Schools should base cleaning and disinfection on risk-based protocols that are created by scientists with the specific school environment in mind and rigorously assessed.

Timing is key

Once cleaning and disinfection protocols are established for high contact touchpoints at a school, the critical element to reducing the potential for germ transmission is the frequency of cleaning and disinfection.

Schools can focus their precious resources on what really matters. So, if desks are used only by the same student every day, the requirements for cleaning and disinfection will be less onerous than if a student moves from one classroom to another – essentially “hot desking.” In the first case, cleaning and disinfection of desks and chairs may need to be weekly but in the latter case, cleaning and disinfection of all student desks and chairs every day may be more appropriate.

However, there may be other parts of school environments that have been neglected previously – and now is the time to refocus on high-touch points in cafeterias (tables, chairs, counters), restrooms (door handles, taps, toilet flush handles, cubicle locks), locker rooms (door handles), gyms (equipment), and buses (grab handles, seat arms, and seat belt buckles). All these high-touch areas need to be cleaned and disinfected at key times to assist in breaking the chain of infectious disease transmission.

In summary, schools seeking to establish best practices in hygiene could consider the following: 

  • Timely cleaning and disinfection of surfaces and objects that are touched often, particularly if by many different people, such as chairs, desks, countertops, doorknobs, bannisters, computer keyboards, hands-on learning items, faucet handles and phones.
  • Immediately cleaning surfaces and objects that are visibly soiled.
  • Ensuring that policies are in place for cleaning up and disinfecting in situations such as where surfaces or objects are soiled with body fluids or blood.
  • Following label directions on cleaning products and disinfectants so they work correctly and are safe to use.
  • Ensuring that everyone washes their hands when they arrive at school, before lunch and after breaks, before returning to the classroom.

A school program of targeted, enhanced environmental hygiene protocols should be carried out routinely by trained custodians using appropriate products, and supported by teachers and other school staff. Together with careful adherence to hand hygiene, this will pay dividends to help to break the chain of transmission of infectious diseases.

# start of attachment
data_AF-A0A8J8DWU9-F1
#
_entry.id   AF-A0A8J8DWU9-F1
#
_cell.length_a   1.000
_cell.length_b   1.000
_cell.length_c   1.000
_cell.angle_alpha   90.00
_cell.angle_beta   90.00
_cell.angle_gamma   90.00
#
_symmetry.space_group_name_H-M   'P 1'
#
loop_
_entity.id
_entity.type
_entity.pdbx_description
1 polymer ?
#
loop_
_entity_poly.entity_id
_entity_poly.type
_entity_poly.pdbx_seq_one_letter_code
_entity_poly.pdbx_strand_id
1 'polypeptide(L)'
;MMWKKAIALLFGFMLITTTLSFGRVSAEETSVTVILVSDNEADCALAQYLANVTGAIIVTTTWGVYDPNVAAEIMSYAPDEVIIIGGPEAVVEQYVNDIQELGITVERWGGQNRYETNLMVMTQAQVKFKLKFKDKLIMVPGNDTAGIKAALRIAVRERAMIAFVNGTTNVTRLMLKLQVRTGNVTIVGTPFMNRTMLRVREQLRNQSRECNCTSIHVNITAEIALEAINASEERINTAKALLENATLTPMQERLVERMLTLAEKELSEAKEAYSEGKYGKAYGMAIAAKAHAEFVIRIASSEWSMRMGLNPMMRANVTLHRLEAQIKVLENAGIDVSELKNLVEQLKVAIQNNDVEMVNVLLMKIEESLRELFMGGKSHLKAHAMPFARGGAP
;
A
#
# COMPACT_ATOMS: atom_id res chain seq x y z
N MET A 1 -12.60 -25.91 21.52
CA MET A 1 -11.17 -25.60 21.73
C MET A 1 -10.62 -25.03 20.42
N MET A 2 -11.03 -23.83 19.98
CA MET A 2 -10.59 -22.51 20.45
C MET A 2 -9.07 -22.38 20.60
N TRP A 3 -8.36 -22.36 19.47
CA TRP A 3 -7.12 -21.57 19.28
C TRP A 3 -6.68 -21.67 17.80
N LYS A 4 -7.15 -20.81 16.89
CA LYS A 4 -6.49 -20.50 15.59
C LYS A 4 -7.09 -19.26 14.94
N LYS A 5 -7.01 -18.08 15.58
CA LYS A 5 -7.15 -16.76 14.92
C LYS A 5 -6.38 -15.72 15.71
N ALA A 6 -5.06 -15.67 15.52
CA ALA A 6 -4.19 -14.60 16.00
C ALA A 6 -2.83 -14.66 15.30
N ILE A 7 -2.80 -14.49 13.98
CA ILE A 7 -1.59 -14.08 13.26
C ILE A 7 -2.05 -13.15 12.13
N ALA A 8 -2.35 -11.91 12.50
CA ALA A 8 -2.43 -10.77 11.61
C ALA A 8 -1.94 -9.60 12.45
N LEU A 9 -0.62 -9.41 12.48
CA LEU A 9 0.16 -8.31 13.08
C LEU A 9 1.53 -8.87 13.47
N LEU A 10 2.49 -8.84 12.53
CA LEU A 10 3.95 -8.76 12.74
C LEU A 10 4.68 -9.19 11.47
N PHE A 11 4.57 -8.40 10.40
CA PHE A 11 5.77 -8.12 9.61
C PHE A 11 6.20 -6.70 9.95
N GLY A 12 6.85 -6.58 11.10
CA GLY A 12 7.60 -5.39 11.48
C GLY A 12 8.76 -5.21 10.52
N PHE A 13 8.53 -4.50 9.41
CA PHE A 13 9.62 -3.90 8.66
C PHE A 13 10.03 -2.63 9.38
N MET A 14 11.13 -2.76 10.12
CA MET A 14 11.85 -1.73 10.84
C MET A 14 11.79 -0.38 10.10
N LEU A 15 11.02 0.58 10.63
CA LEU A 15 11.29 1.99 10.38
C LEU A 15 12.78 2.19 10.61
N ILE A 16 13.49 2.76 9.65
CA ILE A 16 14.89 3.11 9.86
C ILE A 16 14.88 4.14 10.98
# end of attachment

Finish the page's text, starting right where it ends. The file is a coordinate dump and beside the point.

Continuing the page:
By choosing a hygiene partner with the right combination of effective products and deep scientific expertise, schools can help turn the tide against the spread of illness-causing germs more effectively as we head into the winter months.

Chartered Environmental Health Practitioner, RSPH Professorial Fellow, and Winston Churchill Fellow Dr Lisa Ackerley has a background in local and central government, academia, private sector strategic consulting and has offered support and advice on hygiene to industry stakeholders, government and directly to consumers through mass media engagement. Lisa is passionate about developing practical, easy to follow messaging to help promote public health.

[1] Suzy, Lysol Back to School, July 2021. Concern levels based on top two box.
[2] Reckitt custom Streetbees tracker.4 weeks to September 4, 2021
[3] Centers for Disease Control and Prevention, Health Alert Network, Increased Interseasonal Respiratory Syncytial Virus (RSV) Activity in Parts of the Southern United States. Retrieved on June 24, 2021
[4] Centers for Disease Control and Prevention, Respiratory Syncytial Virus Infection (RSV). Retrieved on June 24, 2021
[5] Centers for Disease Control and Prevention, Health Alert Network, Increased Interseasonal Respiratory Syncytial Virus (RSV) Activity in Parts of the Southern United States. Retrieved on June 24, 2021
[6] Kamigaki et al., BMC Infectious Diseases, 2015